“But it wasn’t consensual!” Celia’s knuckles turned white as she gripped the arm of her chair. “And now a girl’s dead!”
Theo recognized the righteous indignation. She saw it in the mirror every time she found herself up against a force that wouldn’t move. And it always made her more determined to push harder.
The problems with this case were practical—she had a weak cause of action and virtually no leverage within the jurisdiction. The insular nature of a university campus created barriers at every turn. Any campus police department could deliberately reject criminal complaints, thereby holding its crime rates artificially low so parents would believe their kids were safe. Harwood’s motive in this case was even more suspect—they may have deprived Hayley Burkhart of due process in order to ensure their players would be allowed to compete for a basketball trophy. Now they were protecting not only their reputation but their financial windfall from the championship.
“I get why you’re so angry at the system, Dr. Perone. It seems obvious a young woman you cared about was treated horribly. But I have to ask you…if everything were proven to have occurred exactly as you’ve described it, what would you like to see happen next?”
“I want the rapists in jail. I want the chancellor fired. And the chief of police too.” She pounded out her demands in the palm of her hand. “The chairman of the board of trustees too. They’re animals, every last one. And I want a promise from Harwood University that this will never happen again, that every girl who reports a sexual assault gets a fair hearing with the presumption that she’s telling the truth.”
In other words, she wanted to lay waste to the system and everyone responsible for it—a scorched earth approach. That happened to be Theo’s favorite strategy too, especially when she allowed herself to get emotionally involved in a case.
After a measured silence, she leaned forward and pressed her fingertips together. “I need to be honest with you here. Unless the university changes its position on investigating, I’m afraid it’s doubtful anyone will go to jail. It’s a question of jurisdiction.” With shared frustration, she presented their legal dilemma, which she drew from having represented a group of women two years ago who were arrested during a protest of Harwood’s decision to invite a misogynistic radio personality to speak on campus.
Celia threw up her hands. “But Harwood’s in the city limits of Atlanta. If the campus police won’t do anything, can’t the Atlanta Police Department step in?”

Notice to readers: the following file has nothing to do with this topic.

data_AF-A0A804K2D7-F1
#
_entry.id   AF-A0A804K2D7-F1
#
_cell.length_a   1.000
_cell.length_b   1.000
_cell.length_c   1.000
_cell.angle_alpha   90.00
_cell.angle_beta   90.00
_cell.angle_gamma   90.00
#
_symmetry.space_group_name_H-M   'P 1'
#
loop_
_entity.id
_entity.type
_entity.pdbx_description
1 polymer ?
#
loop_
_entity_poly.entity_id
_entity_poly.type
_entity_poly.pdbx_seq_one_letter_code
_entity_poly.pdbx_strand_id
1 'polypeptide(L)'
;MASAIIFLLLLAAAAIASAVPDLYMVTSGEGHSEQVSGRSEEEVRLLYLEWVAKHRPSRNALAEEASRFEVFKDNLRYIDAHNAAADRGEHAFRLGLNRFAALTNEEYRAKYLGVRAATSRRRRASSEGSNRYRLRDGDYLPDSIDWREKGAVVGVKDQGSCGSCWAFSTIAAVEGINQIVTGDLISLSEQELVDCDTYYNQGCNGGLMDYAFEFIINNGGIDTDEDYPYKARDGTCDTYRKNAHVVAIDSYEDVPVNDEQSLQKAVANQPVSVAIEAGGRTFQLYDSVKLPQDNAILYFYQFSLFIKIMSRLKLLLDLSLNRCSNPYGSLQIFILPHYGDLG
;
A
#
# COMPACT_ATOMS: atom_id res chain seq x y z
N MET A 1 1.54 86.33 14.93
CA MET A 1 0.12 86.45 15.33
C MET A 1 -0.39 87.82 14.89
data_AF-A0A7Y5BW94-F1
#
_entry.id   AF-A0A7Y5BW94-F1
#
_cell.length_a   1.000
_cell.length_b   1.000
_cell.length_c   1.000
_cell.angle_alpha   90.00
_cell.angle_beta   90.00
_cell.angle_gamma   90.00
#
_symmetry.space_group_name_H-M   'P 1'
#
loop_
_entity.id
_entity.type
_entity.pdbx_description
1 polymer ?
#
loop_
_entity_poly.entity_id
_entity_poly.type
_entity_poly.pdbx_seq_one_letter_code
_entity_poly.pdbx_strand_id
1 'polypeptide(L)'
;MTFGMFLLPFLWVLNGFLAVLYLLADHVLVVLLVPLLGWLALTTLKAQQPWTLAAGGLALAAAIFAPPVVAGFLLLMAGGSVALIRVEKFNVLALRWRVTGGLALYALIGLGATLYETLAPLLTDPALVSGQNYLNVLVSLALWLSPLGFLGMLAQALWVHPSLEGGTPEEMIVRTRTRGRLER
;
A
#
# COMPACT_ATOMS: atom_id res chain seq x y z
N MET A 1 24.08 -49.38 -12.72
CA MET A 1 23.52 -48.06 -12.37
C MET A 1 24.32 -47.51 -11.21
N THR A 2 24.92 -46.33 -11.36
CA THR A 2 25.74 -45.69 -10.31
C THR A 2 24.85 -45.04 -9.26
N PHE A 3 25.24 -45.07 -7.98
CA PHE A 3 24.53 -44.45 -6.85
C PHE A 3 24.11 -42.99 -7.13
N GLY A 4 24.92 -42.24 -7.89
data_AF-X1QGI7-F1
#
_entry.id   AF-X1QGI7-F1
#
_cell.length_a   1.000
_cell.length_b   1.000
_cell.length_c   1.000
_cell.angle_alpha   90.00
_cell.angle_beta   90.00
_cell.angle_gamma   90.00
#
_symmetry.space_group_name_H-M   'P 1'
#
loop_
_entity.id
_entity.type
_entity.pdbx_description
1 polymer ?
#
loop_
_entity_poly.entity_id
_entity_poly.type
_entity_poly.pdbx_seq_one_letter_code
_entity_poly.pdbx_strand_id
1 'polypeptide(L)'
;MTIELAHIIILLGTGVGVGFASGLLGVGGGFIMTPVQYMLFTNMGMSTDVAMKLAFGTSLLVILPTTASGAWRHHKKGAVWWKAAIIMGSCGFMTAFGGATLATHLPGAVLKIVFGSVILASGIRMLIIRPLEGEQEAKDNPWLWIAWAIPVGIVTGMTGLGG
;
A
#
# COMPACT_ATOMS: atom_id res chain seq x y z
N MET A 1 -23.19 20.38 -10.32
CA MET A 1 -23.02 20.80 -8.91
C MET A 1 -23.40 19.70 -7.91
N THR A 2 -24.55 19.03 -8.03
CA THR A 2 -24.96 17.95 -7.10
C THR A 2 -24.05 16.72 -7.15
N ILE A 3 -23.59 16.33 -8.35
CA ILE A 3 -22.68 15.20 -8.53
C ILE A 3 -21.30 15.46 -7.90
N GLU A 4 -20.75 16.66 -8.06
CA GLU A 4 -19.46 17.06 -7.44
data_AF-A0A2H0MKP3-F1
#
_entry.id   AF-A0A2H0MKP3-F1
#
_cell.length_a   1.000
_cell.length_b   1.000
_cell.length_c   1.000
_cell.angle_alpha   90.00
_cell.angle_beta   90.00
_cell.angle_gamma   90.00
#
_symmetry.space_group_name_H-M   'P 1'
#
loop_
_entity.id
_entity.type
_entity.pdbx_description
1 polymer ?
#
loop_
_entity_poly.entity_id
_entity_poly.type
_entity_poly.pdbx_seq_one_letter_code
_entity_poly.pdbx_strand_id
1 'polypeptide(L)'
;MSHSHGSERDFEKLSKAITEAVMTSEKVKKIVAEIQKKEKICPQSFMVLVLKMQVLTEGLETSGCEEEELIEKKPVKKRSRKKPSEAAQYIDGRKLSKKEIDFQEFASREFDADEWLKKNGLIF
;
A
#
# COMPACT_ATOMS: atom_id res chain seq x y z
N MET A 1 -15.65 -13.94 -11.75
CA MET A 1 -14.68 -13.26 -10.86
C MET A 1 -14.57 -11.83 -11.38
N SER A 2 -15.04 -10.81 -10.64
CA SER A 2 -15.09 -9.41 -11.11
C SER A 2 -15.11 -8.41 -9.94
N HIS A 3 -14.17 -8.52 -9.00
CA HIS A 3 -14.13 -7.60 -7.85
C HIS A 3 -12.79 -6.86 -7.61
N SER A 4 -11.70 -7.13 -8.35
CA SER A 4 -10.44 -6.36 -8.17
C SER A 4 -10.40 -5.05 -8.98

“Technically yes, but they probably won’t. It’s a professional courtesy. Harwood operates under a memorandum of understanding with the city and the county—any crime on campus falls under the university’s domain. If they don’t press charges, the criminal case usually dies there because nobody wants to come in and step on their toes.”
“Their own little fiefdom,” Celia groused.
“I’m afraid so. While we can’t force the police to take action, you could always try your luck with the district attorney’s office.” Though Theo seriously doubted the DA would risk alienating Harwood’s fan base during an election year. “I should warn you however…I believe she too will be reluctant to claim jurisdiction at Harwood unless she’s invited in by law enforcement or the board of trustees.”
The desolation on Celia’s face was crushing.
“As far as the administration goes,” Theo continued, “I’m not sure anyone can legally force a private university to fire its chancellor and board chair. Only the trustees have that power. It just isn’t something we can sue them for.”
“So that’s it? These players lie through their teeth and get away with rape? Those bastards are responsible for her death. All of them.” Celia abruptly collected her belongings as if to storm out.
“No, that doesn’t have to be the end of it,” Theo said, catching her arm and urging her back to her chair. For a case as egregious as this one, she was willing to dig deeper to explore what avenues of retribution might exist. “The video is compelling. It’s difficult to believe anyone could see it and not conclude Hayley was assaulted. But right now we have more questions than answers. I need to have my staff look into it to see what we can do.”
“Does that mean you’re going to take the case?”
There was no case. But Theo couldn’t bear to turn away someone as passionate as Celia Perone. A kindred spirit in the fight for justice and equality.
“Our practice is about women’s civil rights, Dr. Perone. We have experts who can turn this case inside out, people who can get to the bottom of what happened and find a way forward. We can’t make this right for Hayley Burkhart, but if we decide there’s a victory to be won for other women like her, we’ll take your case.”
Hank Maloney had literally hundreds of contacts in law enforcement, from the FBI in Quantico all the way to parking enforcement in Dekalb County. A former detective with the Atlanta Police Department, his ruddy complexion and gray crewcut gave him a veteran’s grizzled look younger cops respected. At sixty-two, he’d been with Constantine and Associates for seven years as their chief investigator. He had a knack for getting insiders to talk off the record, when they were most likely to inadvertently hand over information not available to the general public.